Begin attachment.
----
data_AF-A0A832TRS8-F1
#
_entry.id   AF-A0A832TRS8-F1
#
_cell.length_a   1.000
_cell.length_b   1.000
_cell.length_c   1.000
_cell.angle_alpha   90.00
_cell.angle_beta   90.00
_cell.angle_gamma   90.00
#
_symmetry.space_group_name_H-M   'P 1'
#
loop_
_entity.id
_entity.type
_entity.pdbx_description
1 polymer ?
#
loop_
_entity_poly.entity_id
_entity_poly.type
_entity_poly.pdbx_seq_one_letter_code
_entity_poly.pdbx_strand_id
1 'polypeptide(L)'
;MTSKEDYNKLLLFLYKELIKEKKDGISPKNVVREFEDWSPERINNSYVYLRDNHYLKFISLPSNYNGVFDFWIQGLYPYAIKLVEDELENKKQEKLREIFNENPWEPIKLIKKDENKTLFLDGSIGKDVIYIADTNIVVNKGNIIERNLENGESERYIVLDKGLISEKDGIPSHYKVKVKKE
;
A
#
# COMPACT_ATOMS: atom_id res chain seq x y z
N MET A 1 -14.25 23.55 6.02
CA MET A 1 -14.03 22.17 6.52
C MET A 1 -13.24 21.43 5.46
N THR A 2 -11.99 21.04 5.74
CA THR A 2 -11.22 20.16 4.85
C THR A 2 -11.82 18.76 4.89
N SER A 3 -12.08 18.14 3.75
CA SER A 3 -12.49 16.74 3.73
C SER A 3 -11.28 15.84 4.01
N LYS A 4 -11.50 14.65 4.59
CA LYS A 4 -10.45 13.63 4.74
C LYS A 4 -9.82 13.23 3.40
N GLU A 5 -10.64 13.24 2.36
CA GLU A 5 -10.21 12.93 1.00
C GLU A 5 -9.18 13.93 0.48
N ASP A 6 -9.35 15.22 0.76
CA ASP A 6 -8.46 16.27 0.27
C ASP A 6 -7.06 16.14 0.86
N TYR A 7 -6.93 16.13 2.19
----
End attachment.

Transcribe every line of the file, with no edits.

data_AF-A0A832TRS8-F1
#
_entry.id   AF-A0A832TRS8-F1
#
_cell.length_a   1.000
_cell.length_b   1.000
_cell.length_c   1.000
_cell.angle_alpha   90.00
_cell.angle_beta   90.00
_cell.angle_gamma   90.00
#
_symmetry.space_group_name_H-M   'P 1'
#
loop_
_entity.id
_entity.type
_entity.pdbx_description
1 polymer ?
#
loop_
_entity_poly.entity_id
_entity_poly.type
_entity_poly.pdbx_seq_one_letter_code
_entity_poly.pdbx_strand_id
1 'polypeptide(L)'
;MTSKEDYNKLLLFLYKELIKEKKDGISPKNVVREFEDWSPERINNSYVYLRDNHYLKFISLPSNYNGVFDFWIQGLYPYAIKLVEDELENKKQEKLREIFNENPWEPIKLIKKDENKTLFLDGSIGKDVIYIADTNIVVNKGNIIERNLENGESERYIVLDKGLISEKDGIPSHYKVKVKKE
;
A
#
# COMPACT_ATOMS: atom_id res chain seq x y z
N MET A 1 -14.25 23.55 6.02
CA MET A 1 -14.03 22.17 6.52
C MET A 1 -13.24 21.43 5.46
N THR A 2 -11.99 21.04 5.74
CA THR A 2 -11.22 20.16 4.85
C THR A 2 -11.82 18.76 4.89
N SER A 3 -12.08 18.14 3.75
CA SER A 3 -12.49 16.74 3.73
C SER A 3 -11.28 15.84 4.01
N LYS A 4 -11.50 14.65 4.59
CA LYS A 4 -10.45 13.63 4.74
C LYS A 4 -9.82 13.23 3.40
N GLU A 5 -10.64 13.24 2.36
CA GLU A 5 -10.21 12.93 1.00
C GLU A 5 -9.18 13.93 0.48
N ASP A 6 -9.35 15.22 0.76
CA ASP A 6 -8.46 16.27 0.27
C ASP A 6 -7.06 16.14 0.86
N TYR A 7 -6.93 16.13 2.19